Most of us working on unix would know about the shell wildcards (* and ?). These can be very useful while working with files.
For example, *.db would match any file ending with .db in the given directory:

# ls -lrt *.db
-rw-r--r-- 1 staff staff 14336 Dec 9 18:58 messages.54672.db
-rw-r--r-- 1 staff staff 23552 Dec 11 14:07 messages.76698.db
-rw-r--r-- 1 staff staff 4536320 Dec 11 22:30 messages.57286.db
-rw-r--r-- 1 staff staff 283648 Dec 11 22:52 messages.80986.db

One of the less-known feature of the wildcards is the ability to OR them:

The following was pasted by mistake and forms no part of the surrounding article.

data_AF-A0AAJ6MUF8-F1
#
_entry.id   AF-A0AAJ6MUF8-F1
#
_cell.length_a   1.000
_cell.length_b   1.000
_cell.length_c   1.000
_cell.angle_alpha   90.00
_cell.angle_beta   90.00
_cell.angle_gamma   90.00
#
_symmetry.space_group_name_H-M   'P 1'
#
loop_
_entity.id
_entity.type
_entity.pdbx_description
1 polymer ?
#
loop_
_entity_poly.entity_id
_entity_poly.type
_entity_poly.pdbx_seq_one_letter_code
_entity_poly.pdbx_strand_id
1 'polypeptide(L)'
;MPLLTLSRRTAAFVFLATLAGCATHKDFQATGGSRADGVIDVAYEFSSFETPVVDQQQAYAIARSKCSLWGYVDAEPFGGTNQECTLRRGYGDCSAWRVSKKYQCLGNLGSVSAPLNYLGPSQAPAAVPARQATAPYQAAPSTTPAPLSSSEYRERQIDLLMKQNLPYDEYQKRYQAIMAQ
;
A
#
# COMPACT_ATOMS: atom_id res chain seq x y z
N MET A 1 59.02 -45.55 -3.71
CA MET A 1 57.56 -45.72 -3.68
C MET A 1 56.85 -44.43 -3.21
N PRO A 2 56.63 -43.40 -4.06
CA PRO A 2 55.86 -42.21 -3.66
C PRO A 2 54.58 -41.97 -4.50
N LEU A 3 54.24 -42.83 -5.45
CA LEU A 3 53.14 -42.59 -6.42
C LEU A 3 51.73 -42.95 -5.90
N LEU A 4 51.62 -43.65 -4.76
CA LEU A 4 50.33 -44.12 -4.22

# ls -lrt *.@(57286|80986).db
-rw-r--r-- 1 staff staff 4536320 Dec 11 22:30 messages.57286.db
-rw-r--r-- 1 staff staff 283648 Dec 11 22:52 messages.80986.db

Further, you can negate them as well:

# ls -lrt !(*.@(57286|80986)).db
-rw-r--r-- 1 staff staff 14336 Dec 9 18:58 messages.54672.db
-rw-r--r-- 1 staff staff 23552 Dec 11 14:07 messages.76698.db

Here is a quick reference of all KSH wildcards.

I find this feature really useful while working with multiple files and wish to process them, except a few.
For example, removing all the log files in a directory except the one for the active process (assuming PID is part of the file name).

Hope you find use of this in your day-to-day work!